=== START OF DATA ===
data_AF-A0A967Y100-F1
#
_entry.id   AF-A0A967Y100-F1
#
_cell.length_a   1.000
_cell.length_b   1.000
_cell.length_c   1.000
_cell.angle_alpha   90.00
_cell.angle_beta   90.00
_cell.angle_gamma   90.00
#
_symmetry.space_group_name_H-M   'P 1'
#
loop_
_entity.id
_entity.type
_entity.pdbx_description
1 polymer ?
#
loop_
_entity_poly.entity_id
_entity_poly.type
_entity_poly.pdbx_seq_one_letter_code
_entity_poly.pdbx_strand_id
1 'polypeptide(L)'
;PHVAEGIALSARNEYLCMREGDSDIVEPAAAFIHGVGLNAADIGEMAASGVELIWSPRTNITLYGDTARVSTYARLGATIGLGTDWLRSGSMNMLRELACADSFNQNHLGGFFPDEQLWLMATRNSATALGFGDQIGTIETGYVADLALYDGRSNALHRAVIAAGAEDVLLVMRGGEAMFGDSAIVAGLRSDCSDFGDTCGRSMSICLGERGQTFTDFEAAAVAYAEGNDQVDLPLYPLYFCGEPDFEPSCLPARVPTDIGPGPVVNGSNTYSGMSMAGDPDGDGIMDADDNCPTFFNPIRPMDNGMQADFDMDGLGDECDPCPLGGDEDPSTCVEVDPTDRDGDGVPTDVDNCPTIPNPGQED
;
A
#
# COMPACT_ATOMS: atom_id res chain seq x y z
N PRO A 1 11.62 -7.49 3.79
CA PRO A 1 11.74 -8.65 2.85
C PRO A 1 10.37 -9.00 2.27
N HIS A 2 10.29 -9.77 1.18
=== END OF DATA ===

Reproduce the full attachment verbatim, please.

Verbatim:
data_AF-A0A967Y100-F1
#
_entry.id   AF-A0A967Y100-F1
#
_cell.length_a   1.000
_cell.length_b   1.000
_cell.length_c   1.000
_cell.angle_alpha   90.00
_cell.angle_beta   90.00
_cell.angle_gamma   90.00
#
_symmetry.space_group_name_H-M   'P 1'
#
loop_
_entity.id
_entity.type
_entity.pdbx_description
1 polymer ?
#
loop_
_entity_poly.entity_id
_entity_poly.type
_entity_poly.pdbx_seq_one_letter_code
_entity_poly.pdbx_strand_id
1 'polypeptide(L)'
;PHVAEGIALSARNEYLCMREGDSDIVEPAAAFIHGVGLNAADIGEMAASGVELIWSPRTNITLYGDTARVSTYARLGATIGLGTDWLRSGSMNMLRELACADSFNQNHLGGFFPDEQLWLMATRNSATALGFGDQIGTIETGYVADLALYDGRSNALHRAVIAAGAEDVLLVMRGGEAMFGDSAIVAGLRSDCSDFGDTCGRSMSICLGERGQTFTDFEAAAVAYAEGNDQVDLPLYPLYFCGEPDFEPSCLPARVPTDIGPGPVVNGSNTYSGMSMAGDPDGDGIMDADDNCPTFFNPIRPMDNGMQADFDMDGLGDECDPCPLGGDEDPSTCVEVDPTDRDGDGVPTDVDNCPTIPNPGQED
;
A
#
# COMPACT_ATOMS: atom_id res chain seq x y z
N PRO A 1 11.62 -7.49 3.79
CA PRO A 1 11.74 -8.65 2.85
C PRO A 1 10.37 -9.00 2.27
N HIS A 2 10.29 -9.77 1.18